Remember the old brick-sized cell phones with small briefcases for batteries? That’s kind of where motorcycle communicators used to be — large, clunky units with oversized push-to-talk buttons and limited functionality. In recent years, those communicators have gotten smaller, sleeker, and more powerful, with advanced features like voice command and smartphone apps. Best of all, you no longer look like you’re wearing a TV remote on your head.
Interphone just released three new high-tech models — Tour, Sport, and Urban — designed to make intercom use easier, more intuitive, and more hands-free. They’re a step up from the previous F5 series in both functionality and design…but how do they fare on the road? We asked three Twisted staffers to evaluate the top-of-the-line Tour model (single kit only). Read on for their honest appraisal.
Meet Our Reviewers
Brad Z: Longtime dual-sport rider and ex-motocross racer, now Twisted’s graphic designer. Doesn’t say much, but when he does, it’s a stroke of genius. Rides an ‘05 BMW R1200GS. Has frequently used intercoms while riding with his wife, so he doesn’t miss a word she says.
Erich P: New to motorcycling, new to motorcycle intercoms, longtime bicyclist and Spandex aficionado. Our digital marketing mastermind. Also an experienced musician, videographer, and seltzer expert. Rides a ‘15 Triumph Street Triple.
Greg G: Rides to work daily on his ‘15 Suzuki GSX-S750. Embarrasses the rest of us when we wimp out and drive in the rain. Works in Twisted’s product development lab. Laughs in the face of dangerous machinery. Has used Interphone products for years.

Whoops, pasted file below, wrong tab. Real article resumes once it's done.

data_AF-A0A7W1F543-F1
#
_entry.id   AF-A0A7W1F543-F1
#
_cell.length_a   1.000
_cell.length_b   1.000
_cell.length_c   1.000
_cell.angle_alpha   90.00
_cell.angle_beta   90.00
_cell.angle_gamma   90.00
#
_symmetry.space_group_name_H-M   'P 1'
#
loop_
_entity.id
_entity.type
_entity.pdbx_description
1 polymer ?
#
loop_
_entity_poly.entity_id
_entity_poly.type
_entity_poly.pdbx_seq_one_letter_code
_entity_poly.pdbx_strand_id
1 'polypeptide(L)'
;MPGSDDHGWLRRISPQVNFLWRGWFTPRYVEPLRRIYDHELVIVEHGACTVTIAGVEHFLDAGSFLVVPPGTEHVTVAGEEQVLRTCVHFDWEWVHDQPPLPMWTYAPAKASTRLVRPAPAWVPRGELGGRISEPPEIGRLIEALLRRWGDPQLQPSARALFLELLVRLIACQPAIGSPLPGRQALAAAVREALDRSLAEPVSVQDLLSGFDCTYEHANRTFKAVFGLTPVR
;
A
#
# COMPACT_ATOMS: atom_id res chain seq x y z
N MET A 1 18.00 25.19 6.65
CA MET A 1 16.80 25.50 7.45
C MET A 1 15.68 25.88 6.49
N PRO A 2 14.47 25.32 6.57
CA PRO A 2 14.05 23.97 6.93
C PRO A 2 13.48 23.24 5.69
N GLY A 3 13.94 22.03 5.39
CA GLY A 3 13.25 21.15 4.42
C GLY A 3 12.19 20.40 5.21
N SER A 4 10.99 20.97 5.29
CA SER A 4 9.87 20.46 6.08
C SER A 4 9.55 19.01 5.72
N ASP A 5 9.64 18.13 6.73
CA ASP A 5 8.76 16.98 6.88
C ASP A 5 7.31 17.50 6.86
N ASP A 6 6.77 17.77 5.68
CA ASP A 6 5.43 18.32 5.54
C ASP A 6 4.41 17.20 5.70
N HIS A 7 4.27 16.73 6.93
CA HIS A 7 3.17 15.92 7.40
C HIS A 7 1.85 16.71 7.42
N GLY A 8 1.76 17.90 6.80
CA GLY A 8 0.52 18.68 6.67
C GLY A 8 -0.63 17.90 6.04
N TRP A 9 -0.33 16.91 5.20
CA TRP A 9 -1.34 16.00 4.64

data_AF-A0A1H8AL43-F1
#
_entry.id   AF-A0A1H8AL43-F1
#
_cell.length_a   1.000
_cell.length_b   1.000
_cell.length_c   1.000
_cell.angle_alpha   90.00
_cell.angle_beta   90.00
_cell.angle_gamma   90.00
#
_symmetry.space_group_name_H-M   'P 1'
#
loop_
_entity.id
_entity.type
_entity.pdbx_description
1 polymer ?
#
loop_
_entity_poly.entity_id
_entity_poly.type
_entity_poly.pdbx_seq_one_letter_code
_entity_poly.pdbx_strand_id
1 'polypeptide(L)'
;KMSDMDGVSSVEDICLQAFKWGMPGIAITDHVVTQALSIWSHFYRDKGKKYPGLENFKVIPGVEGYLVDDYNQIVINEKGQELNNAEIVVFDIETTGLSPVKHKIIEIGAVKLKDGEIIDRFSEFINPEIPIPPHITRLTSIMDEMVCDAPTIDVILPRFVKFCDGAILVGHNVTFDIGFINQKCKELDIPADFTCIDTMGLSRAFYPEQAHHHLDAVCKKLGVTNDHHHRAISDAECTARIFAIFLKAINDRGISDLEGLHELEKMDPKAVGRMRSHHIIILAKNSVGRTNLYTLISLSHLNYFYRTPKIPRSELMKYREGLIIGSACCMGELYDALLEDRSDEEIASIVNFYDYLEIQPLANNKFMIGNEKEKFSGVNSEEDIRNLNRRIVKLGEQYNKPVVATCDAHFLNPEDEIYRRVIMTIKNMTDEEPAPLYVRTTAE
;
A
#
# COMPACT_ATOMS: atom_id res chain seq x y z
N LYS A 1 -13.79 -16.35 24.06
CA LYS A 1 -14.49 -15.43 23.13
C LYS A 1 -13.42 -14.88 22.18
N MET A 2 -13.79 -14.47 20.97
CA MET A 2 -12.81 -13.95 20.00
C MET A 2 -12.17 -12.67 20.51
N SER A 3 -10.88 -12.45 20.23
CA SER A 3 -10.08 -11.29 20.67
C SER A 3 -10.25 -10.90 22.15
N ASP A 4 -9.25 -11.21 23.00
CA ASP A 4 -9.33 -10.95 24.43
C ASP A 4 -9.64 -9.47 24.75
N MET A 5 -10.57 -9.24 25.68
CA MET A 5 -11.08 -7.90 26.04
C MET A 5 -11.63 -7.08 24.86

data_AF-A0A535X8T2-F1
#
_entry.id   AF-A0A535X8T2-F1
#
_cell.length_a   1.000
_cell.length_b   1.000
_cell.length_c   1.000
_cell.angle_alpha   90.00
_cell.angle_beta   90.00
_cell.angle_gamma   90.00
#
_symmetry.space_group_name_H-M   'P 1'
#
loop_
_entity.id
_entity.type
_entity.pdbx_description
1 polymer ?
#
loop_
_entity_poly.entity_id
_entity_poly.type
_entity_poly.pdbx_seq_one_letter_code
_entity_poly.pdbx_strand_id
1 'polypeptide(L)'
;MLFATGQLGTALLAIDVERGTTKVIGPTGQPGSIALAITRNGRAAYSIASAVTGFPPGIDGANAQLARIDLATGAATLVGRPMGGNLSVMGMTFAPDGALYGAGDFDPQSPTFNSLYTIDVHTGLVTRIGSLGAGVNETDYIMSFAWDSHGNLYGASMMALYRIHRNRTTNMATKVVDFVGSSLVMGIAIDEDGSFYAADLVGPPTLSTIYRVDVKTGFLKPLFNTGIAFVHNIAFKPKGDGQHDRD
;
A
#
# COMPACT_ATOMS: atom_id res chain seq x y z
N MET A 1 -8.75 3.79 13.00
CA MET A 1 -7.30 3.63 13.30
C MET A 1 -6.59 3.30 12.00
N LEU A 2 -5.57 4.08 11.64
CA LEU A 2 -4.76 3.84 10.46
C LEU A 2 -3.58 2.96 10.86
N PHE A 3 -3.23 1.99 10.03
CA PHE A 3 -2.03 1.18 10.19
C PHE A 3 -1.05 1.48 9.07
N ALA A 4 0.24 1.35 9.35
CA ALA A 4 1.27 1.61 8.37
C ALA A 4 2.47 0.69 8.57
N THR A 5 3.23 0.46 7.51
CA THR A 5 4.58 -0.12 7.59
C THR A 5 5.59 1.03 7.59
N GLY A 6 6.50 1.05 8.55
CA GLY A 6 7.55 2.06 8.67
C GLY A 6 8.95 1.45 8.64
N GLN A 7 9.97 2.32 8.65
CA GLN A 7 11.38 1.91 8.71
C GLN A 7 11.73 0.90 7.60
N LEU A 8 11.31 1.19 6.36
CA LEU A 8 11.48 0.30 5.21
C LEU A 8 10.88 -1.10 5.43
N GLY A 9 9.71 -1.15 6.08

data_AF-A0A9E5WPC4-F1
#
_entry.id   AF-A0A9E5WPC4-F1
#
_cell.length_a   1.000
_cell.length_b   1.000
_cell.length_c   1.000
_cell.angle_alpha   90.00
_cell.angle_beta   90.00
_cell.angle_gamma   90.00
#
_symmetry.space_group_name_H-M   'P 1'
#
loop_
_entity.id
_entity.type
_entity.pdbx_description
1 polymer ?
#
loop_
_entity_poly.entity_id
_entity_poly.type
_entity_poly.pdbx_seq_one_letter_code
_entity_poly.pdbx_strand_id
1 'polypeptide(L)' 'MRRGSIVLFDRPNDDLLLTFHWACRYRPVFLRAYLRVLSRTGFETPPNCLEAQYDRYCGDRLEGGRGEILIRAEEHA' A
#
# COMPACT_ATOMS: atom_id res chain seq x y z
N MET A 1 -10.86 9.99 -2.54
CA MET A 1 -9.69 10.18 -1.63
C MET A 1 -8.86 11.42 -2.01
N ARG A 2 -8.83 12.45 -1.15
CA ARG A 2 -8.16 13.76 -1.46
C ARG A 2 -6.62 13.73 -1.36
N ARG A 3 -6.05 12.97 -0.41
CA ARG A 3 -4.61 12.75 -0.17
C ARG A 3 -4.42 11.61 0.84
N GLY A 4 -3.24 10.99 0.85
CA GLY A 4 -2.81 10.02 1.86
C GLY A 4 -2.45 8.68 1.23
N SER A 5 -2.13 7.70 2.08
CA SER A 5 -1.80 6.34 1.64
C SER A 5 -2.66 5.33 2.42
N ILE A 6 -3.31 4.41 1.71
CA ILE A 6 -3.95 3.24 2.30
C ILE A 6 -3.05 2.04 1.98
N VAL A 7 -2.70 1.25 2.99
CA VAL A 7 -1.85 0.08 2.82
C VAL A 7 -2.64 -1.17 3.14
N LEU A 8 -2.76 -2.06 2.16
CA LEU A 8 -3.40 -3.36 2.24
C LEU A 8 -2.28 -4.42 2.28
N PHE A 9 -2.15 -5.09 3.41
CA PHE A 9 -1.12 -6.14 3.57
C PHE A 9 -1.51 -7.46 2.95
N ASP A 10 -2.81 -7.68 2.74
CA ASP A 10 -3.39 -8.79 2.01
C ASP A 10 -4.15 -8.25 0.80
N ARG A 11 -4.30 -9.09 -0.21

Interphone Tour Review Questions
What were your favorite features?
B:Audio clarity. I listened to podcasts and could easily hear every word while also using foam earplugs. I also listened to a live concert recording; that was great too, although it lacked bass. The unit paired to my phone easily the first time, and each time after that, it paired instantly after turning it on. Battery life was very good. Charged it before my test and rode 6+ hours without additional charging (it still said the battery charge was “high”). I like that feature too: when you turn it off, it tells you the battery status. That’s something my Sena doesn’t do.
E:My favorite features were the ease of use when connecting. The buttons were easy to feel even with gloves on, and turning on while suited up wasn’t an issue. I liked the phone call ease of use and quality of the connection. Rated for 20 hours, the battery life is really impressive.
G: One of my favorite features is the ability to listen to music while in “communication” mode. The previous models did not allow for this, so it’s a huge upgrade.
How does it compare to similar products?
B:I was able to do exactly the same things I do with my Sena SMH10. A lot of the functions are what your phone can do anyway. Other than the buttons and the mounting, I’d call them equal.
E: Hard to compare it to similar products, since I haven’t used any others. I did, however, like the way the install went. It was very easy.